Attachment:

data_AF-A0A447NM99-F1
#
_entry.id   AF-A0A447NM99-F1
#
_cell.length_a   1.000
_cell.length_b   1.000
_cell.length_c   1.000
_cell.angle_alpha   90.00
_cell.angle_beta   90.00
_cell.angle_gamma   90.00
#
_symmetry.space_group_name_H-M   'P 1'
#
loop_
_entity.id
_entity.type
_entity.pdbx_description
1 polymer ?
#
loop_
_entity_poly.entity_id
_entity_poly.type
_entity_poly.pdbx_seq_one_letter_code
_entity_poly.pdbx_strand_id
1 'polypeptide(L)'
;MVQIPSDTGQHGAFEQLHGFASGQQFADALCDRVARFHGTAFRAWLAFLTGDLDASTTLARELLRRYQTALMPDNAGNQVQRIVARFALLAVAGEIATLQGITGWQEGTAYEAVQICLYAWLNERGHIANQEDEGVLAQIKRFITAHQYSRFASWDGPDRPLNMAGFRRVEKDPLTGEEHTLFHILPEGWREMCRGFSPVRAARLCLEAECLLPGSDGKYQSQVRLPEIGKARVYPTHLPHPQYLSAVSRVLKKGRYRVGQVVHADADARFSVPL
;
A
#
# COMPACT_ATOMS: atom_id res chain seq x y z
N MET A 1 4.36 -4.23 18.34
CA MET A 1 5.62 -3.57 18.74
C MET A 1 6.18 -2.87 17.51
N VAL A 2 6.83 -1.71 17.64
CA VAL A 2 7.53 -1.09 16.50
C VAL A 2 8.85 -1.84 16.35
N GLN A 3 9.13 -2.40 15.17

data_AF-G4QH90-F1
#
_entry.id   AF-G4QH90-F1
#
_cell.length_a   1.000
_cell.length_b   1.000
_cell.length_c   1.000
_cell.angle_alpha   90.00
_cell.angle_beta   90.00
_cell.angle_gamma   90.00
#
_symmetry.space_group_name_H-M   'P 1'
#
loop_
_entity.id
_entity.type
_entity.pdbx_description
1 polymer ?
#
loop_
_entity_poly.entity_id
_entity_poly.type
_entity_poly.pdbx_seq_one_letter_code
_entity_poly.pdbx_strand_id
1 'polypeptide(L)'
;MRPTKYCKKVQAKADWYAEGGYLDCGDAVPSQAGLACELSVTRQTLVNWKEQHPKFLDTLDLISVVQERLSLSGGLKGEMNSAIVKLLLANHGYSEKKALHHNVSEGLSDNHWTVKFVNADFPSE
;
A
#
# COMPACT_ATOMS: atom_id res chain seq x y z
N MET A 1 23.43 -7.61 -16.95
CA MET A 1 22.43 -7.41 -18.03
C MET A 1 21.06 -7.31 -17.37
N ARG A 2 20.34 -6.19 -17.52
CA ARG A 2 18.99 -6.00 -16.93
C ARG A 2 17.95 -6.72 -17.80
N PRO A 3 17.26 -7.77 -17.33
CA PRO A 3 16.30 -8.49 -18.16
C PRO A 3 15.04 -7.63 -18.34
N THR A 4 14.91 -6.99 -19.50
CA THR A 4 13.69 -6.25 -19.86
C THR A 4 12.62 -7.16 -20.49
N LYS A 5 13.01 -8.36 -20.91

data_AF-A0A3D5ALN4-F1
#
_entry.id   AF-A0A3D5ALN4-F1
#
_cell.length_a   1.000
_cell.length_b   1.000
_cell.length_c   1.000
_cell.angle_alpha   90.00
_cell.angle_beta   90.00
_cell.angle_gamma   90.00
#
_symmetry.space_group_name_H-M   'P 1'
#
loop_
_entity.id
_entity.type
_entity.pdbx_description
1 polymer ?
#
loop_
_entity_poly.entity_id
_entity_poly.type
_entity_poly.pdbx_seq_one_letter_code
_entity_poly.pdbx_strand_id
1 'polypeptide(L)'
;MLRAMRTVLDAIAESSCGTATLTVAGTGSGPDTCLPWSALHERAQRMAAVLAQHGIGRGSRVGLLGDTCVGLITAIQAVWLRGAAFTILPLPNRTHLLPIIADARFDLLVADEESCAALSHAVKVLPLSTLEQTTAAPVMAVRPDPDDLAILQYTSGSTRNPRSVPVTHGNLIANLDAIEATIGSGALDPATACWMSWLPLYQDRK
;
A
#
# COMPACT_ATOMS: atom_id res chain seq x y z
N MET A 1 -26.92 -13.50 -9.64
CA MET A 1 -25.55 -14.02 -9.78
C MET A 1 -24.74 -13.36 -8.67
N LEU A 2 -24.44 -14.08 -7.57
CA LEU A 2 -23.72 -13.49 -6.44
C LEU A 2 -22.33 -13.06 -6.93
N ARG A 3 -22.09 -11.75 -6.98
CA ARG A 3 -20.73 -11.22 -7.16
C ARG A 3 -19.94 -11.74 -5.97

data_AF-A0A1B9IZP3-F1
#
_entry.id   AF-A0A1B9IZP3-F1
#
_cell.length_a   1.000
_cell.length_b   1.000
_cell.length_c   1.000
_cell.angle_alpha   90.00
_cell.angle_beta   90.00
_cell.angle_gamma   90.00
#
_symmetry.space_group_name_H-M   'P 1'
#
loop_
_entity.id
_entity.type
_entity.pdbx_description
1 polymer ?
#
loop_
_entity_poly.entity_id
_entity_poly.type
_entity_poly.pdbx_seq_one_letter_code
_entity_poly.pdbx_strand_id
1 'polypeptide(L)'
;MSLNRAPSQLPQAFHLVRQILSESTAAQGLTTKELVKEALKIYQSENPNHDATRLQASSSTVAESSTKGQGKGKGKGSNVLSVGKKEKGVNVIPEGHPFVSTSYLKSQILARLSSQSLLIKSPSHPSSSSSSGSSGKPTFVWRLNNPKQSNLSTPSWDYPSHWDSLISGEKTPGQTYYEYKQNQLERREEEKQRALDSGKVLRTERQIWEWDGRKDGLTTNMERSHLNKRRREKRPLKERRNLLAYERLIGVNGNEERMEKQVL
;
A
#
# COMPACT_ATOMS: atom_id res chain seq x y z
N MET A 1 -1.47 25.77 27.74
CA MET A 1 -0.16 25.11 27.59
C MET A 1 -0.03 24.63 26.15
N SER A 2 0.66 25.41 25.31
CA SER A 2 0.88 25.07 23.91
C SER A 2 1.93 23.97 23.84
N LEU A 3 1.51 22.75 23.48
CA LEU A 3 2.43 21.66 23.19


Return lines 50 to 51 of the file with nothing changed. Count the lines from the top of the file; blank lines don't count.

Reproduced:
#
loop_